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June 17, 2014, 07:11:10 AM
 #8730


I'll answer this one dimensional thinking tomorrow but in the meantime :

Gold collapsing. Bitcoin UP.

Half a year ago we were at parity.  Now BTC is half.  Usually one needs to get divorced in order to get screwed so badly.  But keep making an ass of yourself.  Fun for everyone!


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June 17, 2014, 07:31:15 AM
 #8731


I'll answer this one dimensional thinking tomorrow but in the meantime :

Gold collapsing. Bitcoin UP.

Half a year ago we were at parity.  Now BTC is half.  Usually one needs to get divorced in order to get screwed so badly.  But keep making an ass of yourself.  Fun for everyone!


I feel like the only ass here who got screwed badly. At the end of the day we're just expressing ideas in the hope that someone will challenge them, in a way that is meaningful - backing those ideas with ego is not a valid change.

I just need to go back 18 months to know gold's collapsing and Bitcoin's up.

I'm the ass for biting at the gold bug hook, and making my own benchmark exit $10 bitcoin and enter $1900 gold.

 "Gold collapsing.  Bitcoin UP" is my only mantra untilled Bitcoin hits $10 again while gold supersedes $2000 per ounce.

It's not that it's backed by the claimed opposite it's backed by: insert the silverbox report here.

This isn't and didn't start as a 6 month race. It's a race I started late and gave gold a massive head start and for the record it started in March 2012.

Thank me in Bits 12MwnzxtprG2mHm3rKdgi7NmJKCypsMMQw
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June 17, 2014, 08:41:53 AM
 #8732



Well I see the grand tradition is being upheld right here on bitcointalk ... a goldbug thread descends into a troll pissing contest.

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June 17, 2014, 02:37:08 PM
 #8733


I'll answer this one dimensional thinking tomorrow but in the meantime :

Gold collapsing. Bitcoin UP.

Half a year ago we were at parity.  Now BTC is half.  Usually one needs to get divorced in order to get screwed so badly.  But keep making an ass of yourself.  Fun for everyone!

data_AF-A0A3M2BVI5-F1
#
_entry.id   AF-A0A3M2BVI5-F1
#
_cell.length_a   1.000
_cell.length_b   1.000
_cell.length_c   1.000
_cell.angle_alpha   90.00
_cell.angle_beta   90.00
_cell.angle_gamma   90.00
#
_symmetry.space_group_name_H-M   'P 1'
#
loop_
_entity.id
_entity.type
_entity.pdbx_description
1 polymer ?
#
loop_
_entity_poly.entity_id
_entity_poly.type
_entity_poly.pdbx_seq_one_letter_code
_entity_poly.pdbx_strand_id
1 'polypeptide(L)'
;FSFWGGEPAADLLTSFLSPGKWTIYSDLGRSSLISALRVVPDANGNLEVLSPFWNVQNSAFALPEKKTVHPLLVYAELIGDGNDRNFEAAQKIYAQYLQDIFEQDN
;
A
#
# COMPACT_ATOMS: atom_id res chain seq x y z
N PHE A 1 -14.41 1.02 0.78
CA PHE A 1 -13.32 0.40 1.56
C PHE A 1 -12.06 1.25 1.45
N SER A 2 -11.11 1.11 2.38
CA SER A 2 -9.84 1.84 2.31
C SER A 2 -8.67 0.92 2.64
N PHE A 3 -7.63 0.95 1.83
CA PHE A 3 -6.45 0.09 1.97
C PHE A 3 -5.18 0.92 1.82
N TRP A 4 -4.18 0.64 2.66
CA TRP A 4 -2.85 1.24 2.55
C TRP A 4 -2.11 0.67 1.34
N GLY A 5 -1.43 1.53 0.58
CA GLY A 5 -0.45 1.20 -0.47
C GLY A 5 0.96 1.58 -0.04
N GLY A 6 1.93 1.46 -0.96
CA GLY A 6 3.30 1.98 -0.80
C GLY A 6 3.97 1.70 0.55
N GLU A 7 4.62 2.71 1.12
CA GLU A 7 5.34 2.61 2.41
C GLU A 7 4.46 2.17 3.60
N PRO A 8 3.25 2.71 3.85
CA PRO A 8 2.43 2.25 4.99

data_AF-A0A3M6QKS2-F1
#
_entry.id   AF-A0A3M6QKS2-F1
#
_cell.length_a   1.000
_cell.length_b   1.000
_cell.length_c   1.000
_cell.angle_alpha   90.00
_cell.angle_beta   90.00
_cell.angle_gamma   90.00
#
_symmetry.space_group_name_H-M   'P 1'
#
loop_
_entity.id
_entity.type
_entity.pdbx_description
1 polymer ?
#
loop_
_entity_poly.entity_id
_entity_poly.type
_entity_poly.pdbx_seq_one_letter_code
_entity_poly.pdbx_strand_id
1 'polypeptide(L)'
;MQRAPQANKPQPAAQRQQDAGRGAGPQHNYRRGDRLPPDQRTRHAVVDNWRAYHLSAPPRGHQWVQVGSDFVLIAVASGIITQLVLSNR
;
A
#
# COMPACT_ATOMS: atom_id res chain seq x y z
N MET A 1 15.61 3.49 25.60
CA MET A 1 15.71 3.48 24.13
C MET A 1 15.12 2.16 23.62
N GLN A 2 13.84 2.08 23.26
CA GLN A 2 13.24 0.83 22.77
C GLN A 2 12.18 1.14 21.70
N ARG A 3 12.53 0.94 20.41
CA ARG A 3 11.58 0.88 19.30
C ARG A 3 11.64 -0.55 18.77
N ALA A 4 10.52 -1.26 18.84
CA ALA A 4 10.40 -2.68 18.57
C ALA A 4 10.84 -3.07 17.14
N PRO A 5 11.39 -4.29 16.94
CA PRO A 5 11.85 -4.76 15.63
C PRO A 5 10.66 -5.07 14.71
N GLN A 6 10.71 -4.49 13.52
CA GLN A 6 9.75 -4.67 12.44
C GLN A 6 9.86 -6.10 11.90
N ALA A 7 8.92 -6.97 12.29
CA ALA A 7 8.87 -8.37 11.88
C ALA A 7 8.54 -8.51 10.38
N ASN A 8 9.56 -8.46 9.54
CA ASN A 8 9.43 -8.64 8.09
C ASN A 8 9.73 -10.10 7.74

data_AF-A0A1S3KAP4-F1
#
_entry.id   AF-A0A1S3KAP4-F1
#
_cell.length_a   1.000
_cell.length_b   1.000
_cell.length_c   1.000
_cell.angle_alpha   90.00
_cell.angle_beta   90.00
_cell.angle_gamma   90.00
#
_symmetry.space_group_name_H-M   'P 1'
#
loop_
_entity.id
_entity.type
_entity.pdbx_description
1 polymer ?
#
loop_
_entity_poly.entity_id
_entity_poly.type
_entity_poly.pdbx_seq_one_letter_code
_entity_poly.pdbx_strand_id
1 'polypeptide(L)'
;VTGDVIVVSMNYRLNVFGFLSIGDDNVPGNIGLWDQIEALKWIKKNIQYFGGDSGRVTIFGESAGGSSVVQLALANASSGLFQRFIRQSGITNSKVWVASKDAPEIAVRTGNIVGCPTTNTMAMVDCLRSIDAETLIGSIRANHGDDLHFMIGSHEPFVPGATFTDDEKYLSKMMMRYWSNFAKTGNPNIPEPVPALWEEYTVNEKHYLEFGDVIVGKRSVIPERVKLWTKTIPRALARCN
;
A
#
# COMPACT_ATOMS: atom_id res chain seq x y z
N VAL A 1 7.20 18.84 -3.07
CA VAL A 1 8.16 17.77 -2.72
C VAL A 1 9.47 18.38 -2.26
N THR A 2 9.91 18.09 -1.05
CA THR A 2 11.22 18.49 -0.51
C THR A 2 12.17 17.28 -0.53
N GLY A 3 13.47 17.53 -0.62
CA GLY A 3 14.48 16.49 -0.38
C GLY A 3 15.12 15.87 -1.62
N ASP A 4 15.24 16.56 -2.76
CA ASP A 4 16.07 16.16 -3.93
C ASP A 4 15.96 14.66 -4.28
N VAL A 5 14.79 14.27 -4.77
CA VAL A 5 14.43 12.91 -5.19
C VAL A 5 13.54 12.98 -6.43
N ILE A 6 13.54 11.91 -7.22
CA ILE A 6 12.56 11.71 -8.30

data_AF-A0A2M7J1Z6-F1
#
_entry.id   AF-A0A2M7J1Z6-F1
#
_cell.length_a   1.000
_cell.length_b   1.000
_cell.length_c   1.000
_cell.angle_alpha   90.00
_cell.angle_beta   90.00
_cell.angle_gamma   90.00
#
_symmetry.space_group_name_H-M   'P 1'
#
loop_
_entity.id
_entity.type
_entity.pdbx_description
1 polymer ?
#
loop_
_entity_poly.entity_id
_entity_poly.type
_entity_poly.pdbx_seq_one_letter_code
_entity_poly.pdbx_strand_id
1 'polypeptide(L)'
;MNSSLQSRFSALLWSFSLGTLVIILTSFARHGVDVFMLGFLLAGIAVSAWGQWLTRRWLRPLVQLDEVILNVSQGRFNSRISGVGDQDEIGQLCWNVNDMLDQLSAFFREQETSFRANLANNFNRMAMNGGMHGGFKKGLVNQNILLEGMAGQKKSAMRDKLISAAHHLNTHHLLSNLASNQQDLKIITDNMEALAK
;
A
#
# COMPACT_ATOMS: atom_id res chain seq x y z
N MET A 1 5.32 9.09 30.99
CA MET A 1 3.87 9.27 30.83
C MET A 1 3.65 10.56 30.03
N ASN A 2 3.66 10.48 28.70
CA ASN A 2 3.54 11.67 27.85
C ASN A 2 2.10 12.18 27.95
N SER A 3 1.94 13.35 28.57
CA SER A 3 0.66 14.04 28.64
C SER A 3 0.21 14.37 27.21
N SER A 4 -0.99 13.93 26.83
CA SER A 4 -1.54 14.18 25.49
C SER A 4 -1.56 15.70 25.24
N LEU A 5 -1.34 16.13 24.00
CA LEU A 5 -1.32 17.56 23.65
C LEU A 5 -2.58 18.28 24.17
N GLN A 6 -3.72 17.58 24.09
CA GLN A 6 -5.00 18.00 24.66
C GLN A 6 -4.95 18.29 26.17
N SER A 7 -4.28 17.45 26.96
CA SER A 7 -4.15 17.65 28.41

I feel like the only ass here who got screwed badly. At the end of the day we're just expressing ideas in the hope that someone will challenge them, in a way that is meaningful - backing those ideas with ego is not a valid change.

I just need to go back 18 months to know gold's collapsing and Bitcoin's up.

I'm the ass for biting at the gold bug hook, and making my own benchmark exit $10 bitcoin and enter $1900 gold.

 "Gold collapsing.  Bitcoin UP" is my only mantra untilled Bitcoin hits $10 again while gold supersedes $2000 per ounce.

It's not that it's backed by the claimed opposite it's backed by: insert the silverbox report here.

This isn't and didn't start as a 6 month race. It's a race I started late and gave gold a massive head start and for the record it started in March 2012.

Gold used to be way cheaper before the middle of 2000's, Gold&Bitcoin are likely to both appreciate in real terms as the USD and western financial system collapse

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June 17, 2014, 03:20:11 PM
 #8734

Gold used to be way cheaper before the middle of 2000's, Gold&Bitcoin are likely to both appreciate in real terms as the USD and western financial system collapse

Sure but my gold isn't going to make me rich it's a safety net (or insurance), and my Bitcoin have a long way to before they start crashing relative to gold. And give gold that is traded as a paper assets is a long con and real gold is not transportable over fiber optics I'd concluded it's potential store of wealth is over.